The emulsion used in the study is a colloidal solution of polyvinyl acetate mixed with a diazo photosensitizer. When the emulsion on screen was exposed under the UV light, the diazo got activated and made cross linking with the polyvinyl acetate making the emulsion hard as shown in Figure 3. But the print areas covered by the black print of the design, blocked the light, therefore preventing the photo curing process. So, the emulsion which was not cured remained soft and washed off with water producing the screen stencil.

Figure 3: Crosslinking of diazo sensitizer with the photo emulsion [8].

The first screen printing ink was prepared by using2%,4% and 6% concentrations of the natural pigment obtained from Cochineal insect extract mixed with a water based thickening agent which is a mixture of 70-75% solvent water and 20% High Solid Acrylics (HSA). The second ink was created by using 2%,4% and 6% concentrations of the Cochineal natural pigment mixed with the HSA water based thickening agent with 10% stannous chloride (wt./wt.) of the fabric. The inks were mixed with the help of high shear Nano mixer stirrer at 4000rpm as shown in Figure 4.Thus, two types of printing ink were prepared by mixing the Cochineal pigment with a water-based binder, with or without the stannous chloride mordant as shown in Figure 5. The mordant was also used in two different ways. In one method, the mordant was mixed directly with the printing ink, whereas in the other, the fabric was soaked in heated stannous chloride solution for 60minutes.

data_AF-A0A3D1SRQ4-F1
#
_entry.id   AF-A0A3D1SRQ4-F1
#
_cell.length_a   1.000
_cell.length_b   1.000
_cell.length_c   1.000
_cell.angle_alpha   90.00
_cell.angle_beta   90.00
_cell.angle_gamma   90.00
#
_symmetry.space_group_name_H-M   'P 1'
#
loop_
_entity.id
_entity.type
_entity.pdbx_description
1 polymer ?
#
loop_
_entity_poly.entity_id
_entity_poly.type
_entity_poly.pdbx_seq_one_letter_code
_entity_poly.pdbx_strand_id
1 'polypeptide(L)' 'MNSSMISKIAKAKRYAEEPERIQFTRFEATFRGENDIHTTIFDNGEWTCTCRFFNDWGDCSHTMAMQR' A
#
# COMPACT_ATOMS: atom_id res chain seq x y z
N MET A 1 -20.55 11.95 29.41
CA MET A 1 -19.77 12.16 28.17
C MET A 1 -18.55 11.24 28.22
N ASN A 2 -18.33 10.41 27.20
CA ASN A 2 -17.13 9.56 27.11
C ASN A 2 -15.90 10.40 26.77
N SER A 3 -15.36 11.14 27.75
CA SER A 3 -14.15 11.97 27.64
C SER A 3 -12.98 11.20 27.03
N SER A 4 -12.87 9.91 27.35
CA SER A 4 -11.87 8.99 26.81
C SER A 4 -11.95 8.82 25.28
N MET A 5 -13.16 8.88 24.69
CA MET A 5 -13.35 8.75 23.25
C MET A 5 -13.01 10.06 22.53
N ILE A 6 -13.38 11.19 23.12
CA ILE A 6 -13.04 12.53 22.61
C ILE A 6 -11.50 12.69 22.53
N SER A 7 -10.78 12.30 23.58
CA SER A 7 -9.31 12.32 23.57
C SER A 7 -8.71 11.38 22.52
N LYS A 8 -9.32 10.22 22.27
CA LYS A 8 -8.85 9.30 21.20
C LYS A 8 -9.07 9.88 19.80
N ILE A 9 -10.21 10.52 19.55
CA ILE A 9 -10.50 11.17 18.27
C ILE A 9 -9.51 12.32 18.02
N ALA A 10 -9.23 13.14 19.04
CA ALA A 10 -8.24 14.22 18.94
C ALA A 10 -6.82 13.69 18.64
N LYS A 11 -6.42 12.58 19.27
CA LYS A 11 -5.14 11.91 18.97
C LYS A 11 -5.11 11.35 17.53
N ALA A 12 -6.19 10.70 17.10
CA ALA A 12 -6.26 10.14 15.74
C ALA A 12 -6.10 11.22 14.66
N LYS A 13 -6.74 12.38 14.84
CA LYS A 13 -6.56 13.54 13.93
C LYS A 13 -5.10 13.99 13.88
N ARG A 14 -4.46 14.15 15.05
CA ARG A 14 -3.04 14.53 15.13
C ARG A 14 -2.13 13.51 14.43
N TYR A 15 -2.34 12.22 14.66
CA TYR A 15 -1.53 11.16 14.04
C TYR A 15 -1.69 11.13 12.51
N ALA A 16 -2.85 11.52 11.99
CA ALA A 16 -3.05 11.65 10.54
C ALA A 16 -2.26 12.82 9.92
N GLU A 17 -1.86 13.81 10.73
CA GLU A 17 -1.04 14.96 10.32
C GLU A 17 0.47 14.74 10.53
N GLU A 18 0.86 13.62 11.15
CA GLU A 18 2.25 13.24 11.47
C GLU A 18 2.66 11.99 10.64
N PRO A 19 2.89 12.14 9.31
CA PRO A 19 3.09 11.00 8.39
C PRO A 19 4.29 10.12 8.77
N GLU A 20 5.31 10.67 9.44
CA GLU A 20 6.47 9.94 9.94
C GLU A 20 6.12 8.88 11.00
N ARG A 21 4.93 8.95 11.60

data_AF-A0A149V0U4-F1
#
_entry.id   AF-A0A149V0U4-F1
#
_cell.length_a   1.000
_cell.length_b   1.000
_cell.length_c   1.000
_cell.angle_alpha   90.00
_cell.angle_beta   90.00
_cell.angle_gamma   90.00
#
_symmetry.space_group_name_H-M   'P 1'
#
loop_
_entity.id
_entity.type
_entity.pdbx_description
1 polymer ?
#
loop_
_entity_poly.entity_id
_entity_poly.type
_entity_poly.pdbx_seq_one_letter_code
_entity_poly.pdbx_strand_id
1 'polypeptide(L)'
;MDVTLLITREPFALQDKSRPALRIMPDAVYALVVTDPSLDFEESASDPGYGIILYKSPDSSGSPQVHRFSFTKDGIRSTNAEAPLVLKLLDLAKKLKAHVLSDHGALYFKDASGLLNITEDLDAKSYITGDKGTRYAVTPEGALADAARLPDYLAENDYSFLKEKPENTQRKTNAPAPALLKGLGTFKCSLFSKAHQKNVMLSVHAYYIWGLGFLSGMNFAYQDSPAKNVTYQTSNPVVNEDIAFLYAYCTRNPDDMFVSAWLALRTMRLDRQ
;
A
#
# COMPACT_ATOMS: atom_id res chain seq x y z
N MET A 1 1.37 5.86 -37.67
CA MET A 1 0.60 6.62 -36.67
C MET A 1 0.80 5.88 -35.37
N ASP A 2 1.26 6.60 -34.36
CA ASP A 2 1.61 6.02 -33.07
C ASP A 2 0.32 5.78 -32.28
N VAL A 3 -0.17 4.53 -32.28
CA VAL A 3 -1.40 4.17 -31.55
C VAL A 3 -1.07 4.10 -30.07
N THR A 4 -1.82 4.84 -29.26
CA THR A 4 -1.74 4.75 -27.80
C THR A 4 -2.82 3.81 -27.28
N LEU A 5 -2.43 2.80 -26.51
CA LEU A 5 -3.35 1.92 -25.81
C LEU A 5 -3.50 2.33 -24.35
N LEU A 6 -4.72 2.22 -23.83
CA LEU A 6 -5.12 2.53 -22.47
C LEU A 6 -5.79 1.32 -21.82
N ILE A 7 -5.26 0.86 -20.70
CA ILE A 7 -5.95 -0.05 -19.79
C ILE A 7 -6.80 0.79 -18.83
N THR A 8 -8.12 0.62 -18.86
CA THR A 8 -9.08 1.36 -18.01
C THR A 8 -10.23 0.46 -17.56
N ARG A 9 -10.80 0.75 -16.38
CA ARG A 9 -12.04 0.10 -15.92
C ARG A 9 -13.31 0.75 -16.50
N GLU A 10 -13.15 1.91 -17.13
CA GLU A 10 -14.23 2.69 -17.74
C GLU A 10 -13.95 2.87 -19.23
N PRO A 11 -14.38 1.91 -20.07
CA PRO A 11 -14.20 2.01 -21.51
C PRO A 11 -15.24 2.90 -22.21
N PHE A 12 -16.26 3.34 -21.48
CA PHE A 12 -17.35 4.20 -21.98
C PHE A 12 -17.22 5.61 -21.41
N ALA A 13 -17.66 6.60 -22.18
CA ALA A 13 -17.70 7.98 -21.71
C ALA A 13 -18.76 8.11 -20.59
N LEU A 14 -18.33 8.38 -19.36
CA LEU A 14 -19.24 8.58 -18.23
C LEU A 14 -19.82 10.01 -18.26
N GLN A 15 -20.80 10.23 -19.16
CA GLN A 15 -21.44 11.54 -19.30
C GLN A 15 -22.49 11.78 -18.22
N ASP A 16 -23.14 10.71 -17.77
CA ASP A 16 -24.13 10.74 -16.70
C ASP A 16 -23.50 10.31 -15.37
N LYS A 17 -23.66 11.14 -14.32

Figure 4: The Nano mixer used to make the printing ink.

Figure 5: The ready printing ink using cochineal pigment and the thickener.

Figure 6: Screen printing machine used for the process.

For printing, a scoured and bleached 100% cotton fabric was used. The fabric used was a plain weave of 70x70 (ends/inch and picks/inch) construction and 24 cotton count, weighing 3.60z/sq. yd. The fabric was then printed on a lab screen printing machine as shown in Figure 6, using prepared dyes with or without mordant and also in the fabric presoaked with the mordant. During the printing process, it was made sure that a constant pressure was applied, maintaining a 45o angle with the squeegee so that the ink was applied evenly as shown in Figure 7.

Figure 7: The fabric printed with squeegee using the prepared screen.

The printed fabrics were cured at 150 oC and 160 oC for 3minutes as per recommended industry standards. The ink used crosslinks with the fiber of the fabric producing strong bonding, making the print color permanent and highly durable.

Test and Evaluation

Color measurements